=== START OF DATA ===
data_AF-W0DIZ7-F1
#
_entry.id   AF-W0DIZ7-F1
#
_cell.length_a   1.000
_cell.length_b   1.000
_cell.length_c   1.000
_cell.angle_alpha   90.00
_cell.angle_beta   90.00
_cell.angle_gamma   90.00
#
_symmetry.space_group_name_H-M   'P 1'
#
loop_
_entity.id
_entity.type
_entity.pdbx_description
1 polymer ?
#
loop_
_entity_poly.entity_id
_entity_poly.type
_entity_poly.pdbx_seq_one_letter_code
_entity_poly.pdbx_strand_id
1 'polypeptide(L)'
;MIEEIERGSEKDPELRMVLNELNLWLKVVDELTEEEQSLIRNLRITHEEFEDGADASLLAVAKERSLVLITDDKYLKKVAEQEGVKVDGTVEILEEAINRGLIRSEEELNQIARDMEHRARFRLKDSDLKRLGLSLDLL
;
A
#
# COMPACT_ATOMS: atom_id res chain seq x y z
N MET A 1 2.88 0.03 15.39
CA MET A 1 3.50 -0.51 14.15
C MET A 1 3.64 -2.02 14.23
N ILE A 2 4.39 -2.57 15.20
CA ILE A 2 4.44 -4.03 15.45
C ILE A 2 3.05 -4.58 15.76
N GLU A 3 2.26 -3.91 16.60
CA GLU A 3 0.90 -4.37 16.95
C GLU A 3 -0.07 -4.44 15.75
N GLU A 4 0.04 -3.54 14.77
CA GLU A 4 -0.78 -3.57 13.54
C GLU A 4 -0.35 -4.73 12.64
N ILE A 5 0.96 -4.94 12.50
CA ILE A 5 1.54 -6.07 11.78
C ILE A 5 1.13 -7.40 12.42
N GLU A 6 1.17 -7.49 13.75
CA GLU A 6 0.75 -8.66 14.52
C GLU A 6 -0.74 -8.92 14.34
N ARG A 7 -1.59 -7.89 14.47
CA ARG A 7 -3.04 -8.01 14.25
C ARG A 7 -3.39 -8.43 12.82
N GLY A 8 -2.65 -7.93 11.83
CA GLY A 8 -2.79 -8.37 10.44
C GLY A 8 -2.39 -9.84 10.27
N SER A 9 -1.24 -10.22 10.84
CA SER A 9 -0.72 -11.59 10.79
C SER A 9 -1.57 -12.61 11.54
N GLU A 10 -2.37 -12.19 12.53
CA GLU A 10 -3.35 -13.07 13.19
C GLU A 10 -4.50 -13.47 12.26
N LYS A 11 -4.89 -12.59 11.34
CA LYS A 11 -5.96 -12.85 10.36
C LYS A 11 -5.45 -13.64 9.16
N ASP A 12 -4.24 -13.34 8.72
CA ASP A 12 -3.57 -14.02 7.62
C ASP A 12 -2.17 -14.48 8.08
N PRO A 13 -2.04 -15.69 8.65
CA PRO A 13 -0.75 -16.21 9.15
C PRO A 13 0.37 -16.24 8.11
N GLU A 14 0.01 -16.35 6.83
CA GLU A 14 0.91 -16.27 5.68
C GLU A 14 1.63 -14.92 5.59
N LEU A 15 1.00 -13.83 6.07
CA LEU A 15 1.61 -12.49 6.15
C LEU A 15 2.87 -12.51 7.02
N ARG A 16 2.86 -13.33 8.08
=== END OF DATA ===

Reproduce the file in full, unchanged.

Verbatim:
data_AF-W0DIZ7-F1
#
_entry.id   AF-W0DIZ7-F1
#
_cell.length_a   1.000
_cell.length_b   1.000
_cell.length_c   1.000
_cell.angle_alpha   90.00
_cell.angle_beta   90.00
_cell.angle_gamma   90.00
#
_symmetry.space_group_name_H-M   'P 1'
#
loop_
_entity.id
_entity.type
_entity.pdbx_description
1 polymer ?
#
loop_
_entity_poly.entity_id
_entity_poly.type
_entity_poly.pdbx_seq_one_letter_code
_entity_poly.pdbx_strand_id
1 'polypeptide(L)'
;MIEEIERGSEKDPELRMVLNELNLWLKVVDELTEEEQSLIRNLRITHEEFEDGADASLLAVAKERSLVLITDDKYLKKVAEQEGVKVDGTVEILEEAINRGLIRSEEELNQIARDMEHRARFRLKDSDLKRLGLSLDLL
;
A
#
# COMPACT_ATOMS: atom_id res chain seq x y z
N MET A 1 2.88 0.03 15.39
CA MET A 1 3.50 -0.51 14.15
C MET A 1 3.64 -2.02 14.23
N ILE A 2 4.39 -2.57 15.20
CA ILE A 2 4.44 -4.03 15.45
C ILE A 2 3.05 -4.58 15.76
N GLU A 3 2.26 -3.91 16.60
CA GLU A 3 0.90 -4.37 16.95
C GLU A 3 -0.07 -4.44 15.75
N GLU A 4 0.04 -3.54 14.77
CA GLU A 4 -0.78 -3.57 13.54
C GLU A 4 -0.35 -4.73 12.64
N ILE A 5 0.96 -4.94 12.50
CA ILE A 5 1.54 -6.07 11.78
C ILE A 5 1.13 -7.40 12.42
N GLU A 6 1.17 -7.49 13.75
CA GLU A 6 0.75 -8.66 14.52
C GLU A 6 -0.74 -8.92 14.34
N ARG A 7 -1.59 -7.89 14.47
CA ARG A 7 -3.04 -8.01 14.25
C ARG A 7 -3.39 -8.43 12.82
N GLY A 8 -2.65 -7.93 11.83
CA GLY A 8 -2.79 -8.37 10.44
C GLY A 8 -2.39 -9.84 10.27
N SER A 9 -1.24 -10.22 10.84
CA SER A 9 -0.72 -11.59 10.79
C SER A 9 -1.57 -12.61 11.54
N GLU A 10 -2.37 -12.19 12.53
CA GLU A 10 -3.35 -13.07 13.19
C GLU A 10 -4.50 -13.47 12.26
N LYS A 11 -4.89 -12.59 11.34
CA LYS A 11 -5.96 -12.85 10.36
C LYS A 11 -5.45 -13.64 9.16
N ASP A 12 -4.24 -13.34 8.72
CA ASP A 12 -3.57 -14.02 7.62
C ASP A 12 -2.17 -14.48 8.08
N PRO A 13 -2.04 -15.69 8.65
CA PRO A 13 -0.75 -16.21 9.15
C PRO A 13 0.37 -16.24 8.11
N GLU A 14 0.01 -16.35 6.83
CA GLU A 14 0.91 -16.27 5.68
C GLU A 14 1.63 -14.92 5.59
N LEU A 15 1.00 -13.83 6.07
CA LEU A 15 1.61 -12.49 6.15
C LEU A 15 2.87 -12.51 7.02
N ARG A 16 2.86 -13.33 8.08